Washington, D.C. – Senate Democratic Leader Chuck Schumer (D-NY) today joined on MSNBC’s Morning Joe and discussed the release of excerpts from interviews by Bob Woodward with President Trump that show the president knew how deadly the coronavirus was in February but refused to take the necessary actions to respond, instead misleading the American people and downplaying the threat of the virus. Senator Schumer also outlined how Senate Republicans’ partisan COVID-response bill is laden with poison pills like corporate immunity and falls far short of the needs of the American people. A transcript can be found below:
Mika Brzezinski: Joining us now, Senate Minority Leader Democrat Chuck Schumer of New York. Senator Schumer, thank you for joining us.
Sen. Schumer: Good morning.
Mika Brzezinski: Your response, sir, to the Trump tapes.
Sen. Schumer: They're just awful. Look, when the house is on fire and there's a five alarm fire, you have an obligation to let people know. If not, they're going to burn and they're going to die.
And this awful, awful incident, tragedy, can be summed up in four words: Trump lied, people died.
When we look at the rest of the world and we see why are they doing better than we are in fighting this awful COVID rage, the reason is very simple. They had some leadership. We’ve had none. We've had dishonest, lying leadership. The president seems to care only about his own ego and not about himself. He's always good at coming up with excuses for his perfidious lies, his mistakes.
This time he said he didn't want to panic people. Really? Is this the same president who is busy panicking America right now telling women in the suburbs that your safety is at risk when the suburbs are not at any risk at all in that way? He doesn't mind panicking people when it serves his interests.
But what is worse is he will not tell the truth when it serves his interest and then people are so badly hurt. It's a despicable incident and I hope it wakes up some of those Trump supporters to realize what this man is. That they cannot have him be president again because it will get worse. He will tell more and worse lies.
Mika Brzezinski: I mean, if you look at it this way, if he didn't want to panic people and he didn't give them honest information about how deadly this virus is and he knew that in real time in January, February, March. He was told by national security advisers, by scientific experts, by doctors. He knew children were getting it and passing it along. He knew all these things and then told Bob Woodward he was going to downplay it. Other options to downplaying it would have been mobilizing the Defense Production Act and getting a national effort on testing. We don't even have testing in some areas that comes back right away. Some people can't even get tests without symptoms. We would be in such a different place if the president took what he knew seriously.
Sen. Schumer: Mika, there are thousands of my fellow New Yorkers who are dead right now and it can be directly attributed to the president's lack of action, lying about this crisis. No question about it. That's why we don't have testing. That’s why we are not on top of this because he swept it under the rug. On January 26th, I called for the president to make it a national emergency. January 26th. He did nothing for a month.
Willie Geist: Senator Schumer, it’s Willie Geist. So obviously, we have cataloged this morning all the failures of the president and the appalling confessions he’s made on tape. But also, governors across the country had responsibility. They knew a lot of this information. So now with benefit of hindsight, do you look back and say, well maybe Governor Cuomo and governors of other states should have acted quicker as well?
Sen. Schumer: No. The bottom line is you needed federal action. It was the federal authorities. The governors don't have people in China, in foreign counties.
They don't have access to the intelligence the president does. I think the governors did their best. You couldn't put together—they tried with testing, which Mika mentioned, but you couldn't do it without the DPA and a national regime.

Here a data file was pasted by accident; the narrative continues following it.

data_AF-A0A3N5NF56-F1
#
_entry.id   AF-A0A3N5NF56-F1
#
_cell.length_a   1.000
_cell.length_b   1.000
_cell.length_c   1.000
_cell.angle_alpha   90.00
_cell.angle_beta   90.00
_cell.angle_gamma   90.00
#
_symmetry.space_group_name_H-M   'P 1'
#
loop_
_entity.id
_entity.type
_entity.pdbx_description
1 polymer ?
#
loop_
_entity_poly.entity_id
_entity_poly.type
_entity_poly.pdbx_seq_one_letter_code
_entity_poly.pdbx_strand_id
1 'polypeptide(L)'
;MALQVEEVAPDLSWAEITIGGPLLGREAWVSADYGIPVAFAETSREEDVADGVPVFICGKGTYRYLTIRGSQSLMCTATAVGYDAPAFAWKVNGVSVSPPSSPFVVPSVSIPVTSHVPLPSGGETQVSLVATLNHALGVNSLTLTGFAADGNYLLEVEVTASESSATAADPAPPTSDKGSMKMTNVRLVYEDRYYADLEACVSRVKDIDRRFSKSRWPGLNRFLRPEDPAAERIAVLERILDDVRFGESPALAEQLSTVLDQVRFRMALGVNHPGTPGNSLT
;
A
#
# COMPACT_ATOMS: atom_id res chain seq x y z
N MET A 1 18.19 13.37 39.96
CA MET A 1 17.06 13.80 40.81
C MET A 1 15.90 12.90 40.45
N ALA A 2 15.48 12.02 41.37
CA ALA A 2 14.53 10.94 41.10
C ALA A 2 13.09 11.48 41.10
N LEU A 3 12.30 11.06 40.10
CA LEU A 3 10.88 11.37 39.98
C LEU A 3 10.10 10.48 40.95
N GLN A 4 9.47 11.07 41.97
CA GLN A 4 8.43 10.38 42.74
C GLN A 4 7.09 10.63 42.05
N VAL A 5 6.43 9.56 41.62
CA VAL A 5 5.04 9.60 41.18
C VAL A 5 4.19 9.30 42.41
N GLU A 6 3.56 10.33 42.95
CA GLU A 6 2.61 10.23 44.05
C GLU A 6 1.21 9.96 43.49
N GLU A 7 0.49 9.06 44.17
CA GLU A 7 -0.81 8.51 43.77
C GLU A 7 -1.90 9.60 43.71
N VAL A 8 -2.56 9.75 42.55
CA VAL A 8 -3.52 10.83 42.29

I think the governors are going to come off quite well, but under very difficult circumstances with a president and national government that did nothing. And there’s one other point here—well there’s two really.
One is, where were the people around Trump? They should have blown the whistle. The people in the administration have far more blame than governors or anybody like that. They should have said something. This was a national crisis. The house was on fire. It was burning. But people didn't know that because Trump was covering it up.
He lives—you know this Mr. Geist, Mr. great Willie Geist—you know he lives in his own bubble. He think that by saying something, he can make it true. And this crisis was so big, was so enormous, that the usual Trump tactics of belittling it, ignoring it, lying about it, diverting attention to something else just didn't work. And that's why he is sweating it out right now.
Willie Geist: So let's talk about all the suffering that has come from that. People losing their jobs, people losing their loved ones. You right now are working and will vote today on a package that would offer some economic relief that would help put in place now what six, seven months later some of the things that obviously should have happened much earlier. Where are you with Mitch McConnell on getting relief to people whose checks ran out many months ago and who need it badly?
Sen. Schumer: Well, we're trying to get a bill that deals with the issues here. McConnell has become more and more cynical. His bill is a cynical bill. It’s cynical in what it’s left out.
No money for state and local governments, not even the ability—which Trump had said he might have been for—to allow people to use the money for lost revenues.
No money for kids who are not fed.
No money for people being kicked out of their houses.
No money for broadband—rural areas are desperate for broadband.
No money for restaurants.
No money for performance spaces.
No money for all these things.
Why? Because 20 people in his caucus…first, let's look at what McConnell did.
First he said he wanted to assess the situation. That's not lying, but it's a little like Trump. The house is on fire, he's ignoring it.
Then he said “pause.” Then, because there was such public pressure—particularly on the 12 Senators up for re-election—they tried to put together a $1 trillion bill. They couldn’t get the votes for it because 20 Republican Senators, by McConnell’s own admission, said they're not for any bill.
So now he puts together as the crisis gets bigger and bigger, Republicans think smaller and smaller. They’re moving backwards. This isn't a “skinny” bill. It's “emaciated.” And if you had any doubts about McConnell’s intentions, Willie, he put two poison pills in the bill.